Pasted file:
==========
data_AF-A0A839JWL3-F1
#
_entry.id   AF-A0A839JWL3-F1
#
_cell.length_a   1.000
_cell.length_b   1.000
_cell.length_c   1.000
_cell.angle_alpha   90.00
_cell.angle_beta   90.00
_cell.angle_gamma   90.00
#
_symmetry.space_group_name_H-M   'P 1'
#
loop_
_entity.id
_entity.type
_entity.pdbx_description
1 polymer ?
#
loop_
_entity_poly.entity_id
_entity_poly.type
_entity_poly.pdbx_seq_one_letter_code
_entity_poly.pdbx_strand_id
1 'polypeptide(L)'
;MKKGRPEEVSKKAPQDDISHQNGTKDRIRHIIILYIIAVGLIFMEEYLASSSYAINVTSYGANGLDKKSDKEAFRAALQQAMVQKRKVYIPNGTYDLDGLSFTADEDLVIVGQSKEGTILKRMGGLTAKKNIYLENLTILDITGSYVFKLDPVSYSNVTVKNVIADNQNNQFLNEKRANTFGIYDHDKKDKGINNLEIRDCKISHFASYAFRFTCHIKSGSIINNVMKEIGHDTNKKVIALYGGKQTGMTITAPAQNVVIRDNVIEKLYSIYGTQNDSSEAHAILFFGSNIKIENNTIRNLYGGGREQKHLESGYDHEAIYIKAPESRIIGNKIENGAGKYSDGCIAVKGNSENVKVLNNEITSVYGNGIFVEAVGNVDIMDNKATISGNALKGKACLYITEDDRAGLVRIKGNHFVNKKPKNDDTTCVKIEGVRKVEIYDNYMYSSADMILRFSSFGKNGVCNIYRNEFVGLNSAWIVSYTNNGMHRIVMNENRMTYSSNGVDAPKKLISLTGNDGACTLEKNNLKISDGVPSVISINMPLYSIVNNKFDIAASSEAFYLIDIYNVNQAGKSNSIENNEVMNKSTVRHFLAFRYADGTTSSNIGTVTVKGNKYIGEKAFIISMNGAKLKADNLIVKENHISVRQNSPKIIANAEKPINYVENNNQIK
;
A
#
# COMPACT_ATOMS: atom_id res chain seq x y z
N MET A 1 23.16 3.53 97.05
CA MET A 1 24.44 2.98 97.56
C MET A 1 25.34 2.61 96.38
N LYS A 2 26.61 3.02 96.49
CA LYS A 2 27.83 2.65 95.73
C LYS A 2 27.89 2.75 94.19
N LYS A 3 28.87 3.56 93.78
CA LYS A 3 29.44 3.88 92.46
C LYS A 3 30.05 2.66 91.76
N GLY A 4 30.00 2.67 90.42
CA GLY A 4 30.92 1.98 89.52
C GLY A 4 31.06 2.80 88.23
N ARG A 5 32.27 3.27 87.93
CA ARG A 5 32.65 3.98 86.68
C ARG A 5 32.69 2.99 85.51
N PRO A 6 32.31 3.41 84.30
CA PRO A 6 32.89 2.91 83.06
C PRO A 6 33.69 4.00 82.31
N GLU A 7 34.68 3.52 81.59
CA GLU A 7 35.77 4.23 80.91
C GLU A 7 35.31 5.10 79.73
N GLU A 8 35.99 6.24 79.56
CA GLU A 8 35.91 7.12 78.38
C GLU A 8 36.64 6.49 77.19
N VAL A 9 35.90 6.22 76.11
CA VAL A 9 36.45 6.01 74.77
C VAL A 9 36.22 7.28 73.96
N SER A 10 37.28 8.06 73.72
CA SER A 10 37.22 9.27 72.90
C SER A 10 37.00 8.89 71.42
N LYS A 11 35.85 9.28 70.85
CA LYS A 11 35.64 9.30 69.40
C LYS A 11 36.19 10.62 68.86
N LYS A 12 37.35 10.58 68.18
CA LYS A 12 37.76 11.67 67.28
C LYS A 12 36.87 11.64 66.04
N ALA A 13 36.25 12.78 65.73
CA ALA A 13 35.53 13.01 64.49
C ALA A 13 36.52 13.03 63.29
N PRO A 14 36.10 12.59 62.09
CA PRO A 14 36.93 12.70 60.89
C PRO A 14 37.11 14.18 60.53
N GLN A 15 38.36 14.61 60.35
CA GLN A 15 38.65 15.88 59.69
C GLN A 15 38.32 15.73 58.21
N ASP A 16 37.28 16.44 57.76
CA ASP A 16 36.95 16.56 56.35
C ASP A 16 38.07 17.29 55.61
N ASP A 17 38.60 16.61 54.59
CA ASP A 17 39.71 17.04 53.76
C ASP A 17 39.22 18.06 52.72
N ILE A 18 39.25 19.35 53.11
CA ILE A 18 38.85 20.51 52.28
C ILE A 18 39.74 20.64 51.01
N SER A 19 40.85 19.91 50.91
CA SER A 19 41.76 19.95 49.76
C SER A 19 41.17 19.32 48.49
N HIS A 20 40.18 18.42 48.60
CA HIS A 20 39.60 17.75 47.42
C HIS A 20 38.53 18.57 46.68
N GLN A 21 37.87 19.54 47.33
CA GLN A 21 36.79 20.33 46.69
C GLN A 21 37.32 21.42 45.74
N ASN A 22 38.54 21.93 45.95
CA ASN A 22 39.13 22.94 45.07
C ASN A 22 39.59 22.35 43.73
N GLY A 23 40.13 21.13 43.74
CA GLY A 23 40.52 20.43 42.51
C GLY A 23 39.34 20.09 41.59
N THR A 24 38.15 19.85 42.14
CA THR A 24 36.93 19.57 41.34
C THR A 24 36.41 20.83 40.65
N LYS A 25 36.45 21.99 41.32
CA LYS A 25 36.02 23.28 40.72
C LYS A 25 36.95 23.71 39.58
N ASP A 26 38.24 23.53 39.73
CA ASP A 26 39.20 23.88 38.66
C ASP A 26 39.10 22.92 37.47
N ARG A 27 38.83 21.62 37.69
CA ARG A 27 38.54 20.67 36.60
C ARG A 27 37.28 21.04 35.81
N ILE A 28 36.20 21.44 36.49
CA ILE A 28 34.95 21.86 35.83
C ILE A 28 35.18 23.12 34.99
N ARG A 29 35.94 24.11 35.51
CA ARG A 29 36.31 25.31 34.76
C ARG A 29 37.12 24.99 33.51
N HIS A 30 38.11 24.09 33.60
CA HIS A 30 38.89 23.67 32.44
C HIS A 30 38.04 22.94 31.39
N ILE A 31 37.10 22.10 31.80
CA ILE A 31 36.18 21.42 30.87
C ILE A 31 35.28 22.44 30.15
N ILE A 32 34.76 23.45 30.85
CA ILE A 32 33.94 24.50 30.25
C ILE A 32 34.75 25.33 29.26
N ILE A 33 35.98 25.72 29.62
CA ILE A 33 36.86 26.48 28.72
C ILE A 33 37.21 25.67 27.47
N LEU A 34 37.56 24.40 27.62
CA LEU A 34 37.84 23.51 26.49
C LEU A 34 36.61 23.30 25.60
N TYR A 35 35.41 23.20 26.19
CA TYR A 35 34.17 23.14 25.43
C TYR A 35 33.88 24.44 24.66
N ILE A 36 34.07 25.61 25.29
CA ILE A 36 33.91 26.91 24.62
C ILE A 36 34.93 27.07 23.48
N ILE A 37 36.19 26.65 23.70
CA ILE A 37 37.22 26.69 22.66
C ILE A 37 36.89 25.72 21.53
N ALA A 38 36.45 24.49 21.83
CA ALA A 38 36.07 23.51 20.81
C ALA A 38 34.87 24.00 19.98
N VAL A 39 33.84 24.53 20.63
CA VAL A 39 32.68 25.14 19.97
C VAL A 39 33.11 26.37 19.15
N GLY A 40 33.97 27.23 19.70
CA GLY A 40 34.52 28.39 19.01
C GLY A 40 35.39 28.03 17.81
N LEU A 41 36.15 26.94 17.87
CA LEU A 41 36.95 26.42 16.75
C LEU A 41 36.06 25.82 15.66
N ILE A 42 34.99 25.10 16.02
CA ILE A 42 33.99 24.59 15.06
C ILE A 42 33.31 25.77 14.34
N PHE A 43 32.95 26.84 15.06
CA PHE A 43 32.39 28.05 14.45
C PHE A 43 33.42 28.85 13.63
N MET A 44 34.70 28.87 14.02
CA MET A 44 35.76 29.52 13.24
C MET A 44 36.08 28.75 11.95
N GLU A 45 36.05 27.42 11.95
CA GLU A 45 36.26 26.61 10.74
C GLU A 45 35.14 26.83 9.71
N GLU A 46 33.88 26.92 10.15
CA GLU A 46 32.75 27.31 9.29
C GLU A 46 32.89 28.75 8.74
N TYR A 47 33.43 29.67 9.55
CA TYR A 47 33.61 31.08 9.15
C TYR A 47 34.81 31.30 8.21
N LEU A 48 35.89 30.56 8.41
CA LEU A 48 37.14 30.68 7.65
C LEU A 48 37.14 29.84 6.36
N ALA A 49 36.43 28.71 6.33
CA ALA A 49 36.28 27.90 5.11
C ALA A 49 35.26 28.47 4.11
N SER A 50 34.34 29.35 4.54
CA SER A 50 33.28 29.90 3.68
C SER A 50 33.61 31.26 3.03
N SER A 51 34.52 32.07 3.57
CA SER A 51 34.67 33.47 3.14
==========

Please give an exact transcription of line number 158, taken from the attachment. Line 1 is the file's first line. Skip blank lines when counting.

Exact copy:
CA PHE A 43 32.39 28.05 14.45